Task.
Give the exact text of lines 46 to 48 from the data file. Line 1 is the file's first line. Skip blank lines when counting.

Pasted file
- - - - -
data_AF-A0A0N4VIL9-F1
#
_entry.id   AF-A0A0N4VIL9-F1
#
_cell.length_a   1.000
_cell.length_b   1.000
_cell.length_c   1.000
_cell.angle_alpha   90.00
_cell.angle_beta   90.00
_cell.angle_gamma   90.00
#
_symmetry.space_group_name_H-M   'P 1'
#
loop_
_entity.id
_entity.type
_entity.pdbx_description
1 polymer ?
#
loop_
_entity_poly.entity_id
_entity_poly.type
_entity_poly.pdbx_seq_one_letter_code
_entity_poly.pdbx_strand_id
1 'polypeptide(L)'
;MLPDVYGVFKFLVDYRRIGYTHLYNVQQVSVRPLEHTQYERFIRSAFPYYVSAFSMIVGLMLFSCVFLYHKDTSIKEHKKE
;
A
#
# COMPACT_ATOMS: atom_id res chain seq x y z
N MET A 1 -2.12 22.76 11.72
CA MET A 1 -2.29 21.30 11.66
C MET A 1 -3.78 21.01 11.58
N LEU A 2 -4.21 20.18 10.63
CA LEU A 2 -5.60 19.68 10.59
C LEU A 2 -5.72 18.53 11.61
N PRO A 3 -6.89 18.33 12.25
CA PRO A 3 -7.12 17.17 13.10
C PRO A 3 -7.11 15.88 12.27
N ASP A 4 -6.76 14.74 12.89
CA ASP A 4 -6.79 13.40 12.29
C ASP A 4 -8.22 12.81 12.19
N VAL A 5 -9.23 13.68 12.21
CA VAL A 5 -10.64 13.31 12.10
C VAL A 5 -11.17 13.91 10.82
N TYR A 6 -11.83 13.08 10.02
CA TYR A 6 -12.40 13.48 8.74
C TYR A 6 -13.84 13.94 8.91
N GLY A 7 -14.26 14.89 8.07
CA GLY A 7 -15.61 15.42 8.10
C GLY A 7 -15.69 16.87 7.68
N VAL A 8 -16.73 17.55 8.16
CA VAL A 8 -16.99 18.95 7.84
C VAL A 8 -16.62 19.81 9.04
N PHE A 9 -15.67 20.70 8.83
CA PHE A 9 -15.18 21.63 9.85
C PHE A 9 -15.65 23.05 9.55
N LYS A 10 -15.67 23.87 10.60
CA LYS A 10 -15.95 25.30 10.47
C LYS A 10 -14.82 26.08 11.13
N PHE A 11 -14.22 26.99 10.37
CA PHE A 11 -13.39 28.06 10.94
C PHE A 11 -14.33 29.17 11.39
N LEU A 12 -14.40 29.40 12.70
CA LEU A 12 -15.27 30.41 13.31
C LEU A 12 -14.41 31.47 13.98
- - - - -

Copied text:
N TYR A 6 -11.83 13.08 10.02
CA TYR A 6 -12.40 13.48 8.74
C TYR A 6 -13.84 13.94 8.91